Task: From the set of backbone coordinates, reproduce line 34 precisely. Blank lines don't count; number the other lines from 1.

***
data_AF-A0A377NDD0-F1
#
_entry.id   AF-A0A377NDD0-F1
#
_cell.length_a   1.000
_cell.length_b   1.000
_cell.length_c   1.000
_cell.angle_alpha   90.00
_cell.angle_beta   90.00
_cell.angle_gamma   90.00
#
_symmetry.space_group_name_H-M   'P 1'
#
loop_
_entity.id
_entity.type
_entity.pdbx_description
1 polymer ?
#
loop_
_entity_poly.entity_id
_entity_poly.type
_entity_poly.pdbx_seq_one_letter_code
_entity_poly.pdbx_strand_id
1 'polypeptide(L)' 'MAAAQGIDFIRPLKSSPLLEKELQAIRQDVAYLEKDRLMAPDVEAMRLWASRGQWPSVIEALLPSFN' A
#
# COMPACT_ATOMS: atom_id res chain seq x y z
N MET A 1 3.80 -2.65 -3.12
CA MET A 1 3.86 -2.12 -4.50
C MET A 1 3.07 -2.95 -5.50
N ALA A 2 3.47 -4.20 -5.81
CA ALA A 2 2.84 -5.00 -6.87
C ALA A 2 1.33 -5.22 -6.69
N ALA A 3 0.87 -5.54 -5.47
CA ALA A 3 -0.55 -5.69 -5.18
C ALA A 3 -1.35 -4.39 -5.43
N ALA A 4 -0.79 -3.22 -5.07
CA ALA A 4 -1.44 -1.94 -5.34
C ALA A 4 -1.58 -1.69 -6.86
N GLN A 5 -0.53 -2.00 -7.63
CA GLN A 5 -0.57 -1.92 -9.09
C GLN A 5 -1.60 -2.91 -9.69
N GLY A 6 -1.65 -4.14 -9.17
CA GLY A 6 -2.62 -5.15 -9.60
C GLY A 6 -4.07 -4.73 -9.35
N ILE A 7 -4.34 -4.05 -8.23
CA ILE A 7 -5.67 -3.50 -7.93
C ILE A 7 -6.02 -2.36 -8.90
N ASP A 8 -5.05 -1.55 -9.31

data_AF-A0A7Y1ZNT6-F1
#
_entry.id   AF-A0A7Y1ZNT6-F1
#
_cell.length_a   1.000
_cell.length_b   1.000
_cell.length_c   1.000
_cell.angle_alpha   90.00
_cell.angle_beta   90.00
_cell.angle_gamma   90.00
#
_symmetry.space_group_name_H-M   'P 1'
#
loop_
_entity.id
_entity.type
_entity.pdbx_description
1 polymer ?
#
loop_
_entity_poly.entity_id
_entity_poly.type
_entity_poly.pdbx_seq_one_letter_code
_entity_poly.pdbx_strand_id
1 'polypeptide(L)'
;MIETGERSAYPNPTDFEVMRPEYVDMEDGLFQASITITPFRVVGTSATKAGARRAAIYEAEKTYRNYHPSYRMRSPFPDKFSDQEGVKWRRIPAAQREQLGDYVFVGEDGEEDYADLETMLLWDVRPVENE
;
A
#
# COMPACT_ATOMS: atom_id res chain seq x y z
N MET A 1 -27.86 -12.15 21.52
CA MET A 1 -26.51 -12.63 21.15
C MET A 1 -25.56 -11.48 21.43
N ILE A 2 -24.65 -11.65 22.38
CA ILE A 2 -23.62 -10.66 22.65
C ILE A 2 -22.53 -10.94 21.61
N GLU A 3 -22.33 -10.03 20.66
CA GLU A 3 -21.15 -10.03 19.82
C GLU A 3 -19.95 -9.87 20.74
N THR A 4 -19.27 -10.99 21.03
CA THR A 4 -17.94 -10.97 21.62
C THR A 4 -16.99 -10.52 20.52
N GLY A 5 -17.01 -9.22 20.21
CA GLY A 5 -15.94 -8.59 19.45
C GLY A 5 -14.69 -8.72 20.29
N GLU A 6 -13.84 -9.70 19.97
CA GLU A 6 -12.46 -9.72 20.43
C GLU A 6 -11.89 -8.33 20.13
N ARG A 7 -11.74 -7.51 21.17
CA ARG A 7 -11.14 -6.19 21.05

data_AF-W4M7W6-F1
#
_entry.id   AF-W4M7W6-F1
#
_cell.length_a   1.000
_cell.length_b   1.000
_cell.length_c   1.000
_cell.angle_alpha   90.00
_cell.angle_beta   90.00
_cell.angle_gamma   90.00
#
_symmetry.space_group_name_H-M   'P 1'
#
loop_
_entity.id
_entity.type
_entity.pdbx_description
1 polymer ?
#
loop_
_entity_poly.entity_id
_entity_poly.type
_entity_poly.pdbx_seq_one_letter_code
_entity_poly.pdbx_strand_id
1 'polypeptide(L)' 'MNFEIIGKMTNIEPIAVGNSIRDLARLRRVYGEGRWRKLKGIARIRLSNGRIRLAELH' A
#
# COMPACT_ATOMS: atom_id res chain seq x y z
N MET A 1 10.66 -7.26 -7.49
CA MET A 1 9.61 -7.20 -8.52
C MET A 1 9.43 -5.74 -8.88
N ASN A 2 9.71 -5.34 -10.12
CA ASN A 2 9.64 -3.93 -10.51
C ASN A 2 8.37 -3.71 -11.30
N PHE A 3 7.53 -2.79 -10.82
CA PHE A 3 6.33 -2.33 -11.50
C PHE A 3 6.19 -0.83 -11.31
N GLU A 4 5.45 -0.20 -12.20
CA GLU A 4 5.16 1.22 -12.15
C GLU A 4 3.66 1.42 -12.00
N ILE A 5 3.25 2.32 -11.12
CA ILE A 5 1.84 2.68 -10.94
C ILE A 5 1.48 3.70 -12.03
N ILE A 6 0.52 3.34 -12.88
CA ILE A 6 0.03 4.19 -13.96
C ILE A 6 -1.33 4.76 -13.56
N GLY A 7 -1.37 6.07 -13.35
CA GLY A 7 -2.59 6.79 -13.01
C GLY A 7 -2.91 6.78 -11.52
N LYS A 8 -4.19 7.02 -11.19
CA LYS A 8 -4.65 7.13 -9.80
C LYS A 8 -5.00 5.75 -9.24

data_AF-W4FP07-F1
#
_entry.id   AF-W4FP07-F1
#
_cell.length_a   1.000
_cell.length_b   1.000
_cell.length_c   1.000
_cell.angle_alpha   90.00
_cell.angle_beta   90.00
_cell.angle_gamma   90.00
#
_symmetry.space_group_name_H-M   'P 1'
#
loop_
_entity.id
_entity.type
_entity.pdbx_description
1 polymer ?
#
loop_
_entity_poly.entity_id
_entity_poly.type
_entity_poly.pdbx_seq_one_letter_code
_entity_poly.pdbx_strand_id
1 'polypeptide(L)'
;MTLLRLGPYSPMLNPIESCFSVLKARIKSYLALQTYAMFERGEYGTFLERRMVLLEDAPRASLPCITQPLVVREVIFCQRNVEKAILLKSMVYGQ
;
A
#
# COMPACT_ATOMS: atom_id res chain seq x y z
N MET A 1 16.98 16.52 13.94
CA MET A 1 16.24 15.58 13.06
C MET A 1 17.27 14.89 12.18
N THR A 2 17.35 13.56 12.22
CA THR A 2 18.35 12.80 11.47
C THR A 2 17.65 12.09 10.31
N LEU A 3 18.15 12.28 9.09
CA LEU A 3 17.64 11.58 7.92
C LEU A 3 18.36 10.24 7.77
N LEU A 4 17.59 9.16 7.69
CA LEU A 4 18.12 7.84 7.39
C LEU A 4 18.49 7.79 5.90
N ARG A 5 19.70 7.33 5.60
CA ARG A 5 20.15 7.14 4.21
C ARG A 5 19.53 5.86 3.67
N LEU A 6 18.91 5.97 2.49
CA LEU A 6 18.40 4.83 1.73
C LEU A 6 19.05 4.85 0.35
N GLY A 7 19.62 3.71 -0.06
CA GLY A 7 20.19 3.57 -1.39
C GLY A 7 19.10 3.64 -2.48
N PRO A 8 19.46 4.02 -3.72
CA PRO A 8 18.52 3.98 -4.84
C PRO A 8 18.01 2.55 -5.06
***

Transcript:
N ALA A 3 0.87 -5.54 -5.47